Described by Fernando Ortiz as "a love story between an African drum and a Spanish guitar," the son is the epitome of Cuban music. Born in the eastern region of the country in the late 19th century, the son is a passionate blend of two genres: danzón, a European-style ballroom dance to be performed in pairs within a coordinated group and the hypnotic rhythm of rumba.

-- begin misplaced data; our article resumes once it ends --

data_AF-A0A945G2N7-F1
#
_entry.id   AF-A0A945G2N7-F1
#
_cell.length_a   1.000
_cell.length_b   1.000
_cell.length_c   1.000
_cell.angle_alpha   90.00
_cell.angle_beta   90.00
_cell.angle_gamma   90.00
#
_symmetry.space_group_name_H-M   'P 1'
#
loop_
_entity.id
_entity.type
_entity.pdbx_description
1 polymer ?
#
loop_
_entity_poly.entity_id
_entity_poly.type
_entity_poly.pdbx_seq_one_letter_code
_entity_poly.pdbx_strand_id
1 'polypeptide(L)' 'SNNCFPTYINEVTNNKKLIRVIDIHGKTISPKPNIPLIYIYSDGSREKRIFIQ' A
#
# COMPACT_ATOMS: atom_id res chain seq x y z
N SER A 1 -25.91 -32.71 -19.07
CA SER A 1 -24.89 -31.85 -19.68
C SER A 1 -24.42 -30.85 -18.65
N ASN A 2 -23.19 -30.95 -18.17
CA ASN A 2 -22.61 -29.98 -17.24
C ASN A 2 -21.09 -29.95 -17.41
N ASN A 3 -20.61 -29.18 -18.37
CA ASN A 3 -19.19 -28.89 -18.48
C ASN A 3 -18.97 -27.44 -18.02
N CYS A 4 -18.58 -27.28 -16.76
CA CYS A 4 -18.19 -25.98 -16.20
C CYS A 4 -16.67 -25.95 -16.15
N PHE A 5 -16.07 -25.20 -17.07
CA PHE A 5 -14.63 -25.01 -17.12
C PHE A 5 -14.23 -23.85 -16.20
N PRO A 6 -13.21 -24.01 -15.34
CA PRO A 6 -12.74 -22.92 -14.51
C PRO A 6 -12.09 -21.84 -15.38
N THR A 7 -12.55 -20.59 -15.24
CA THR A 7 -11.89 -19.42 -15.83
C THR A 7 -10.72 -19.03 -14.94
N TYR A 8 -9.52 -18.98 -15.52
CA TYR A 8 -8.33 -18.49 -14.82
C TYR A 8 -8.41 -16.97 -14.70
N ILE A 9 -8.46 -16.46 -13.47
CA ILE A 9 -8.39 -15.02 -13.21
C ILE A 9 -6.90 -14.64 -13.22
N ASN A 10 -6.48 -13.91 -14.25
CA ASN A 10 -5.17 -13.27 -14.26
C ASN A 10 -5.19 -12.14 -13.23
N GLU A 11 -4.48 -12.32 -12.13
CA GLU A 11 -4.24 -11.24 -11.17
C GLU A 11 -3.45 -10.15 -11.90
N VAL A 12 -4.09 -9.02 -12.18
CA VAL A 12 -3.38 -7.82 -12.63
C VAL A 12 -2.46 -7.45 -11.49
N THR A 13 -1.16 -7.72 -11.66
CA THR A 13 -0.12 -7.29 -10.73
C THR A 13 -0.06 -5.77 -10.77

By the time the son arrived in Havana, around 1909, the music began to include vocals, the Cuban tres, double [una specie di chitarra]bass, Bongos, claves and maraca[legnetti]s; While the trumpet was added over the years 1930. Were the claves to keep time to the music and the dance steps. Today you can hear the son everywhere – on the street, in parks and squares of cities as in cafes, restaurants and casas de la trova, in all the[locali con musica dal vivo] towns and villages scattered on the island.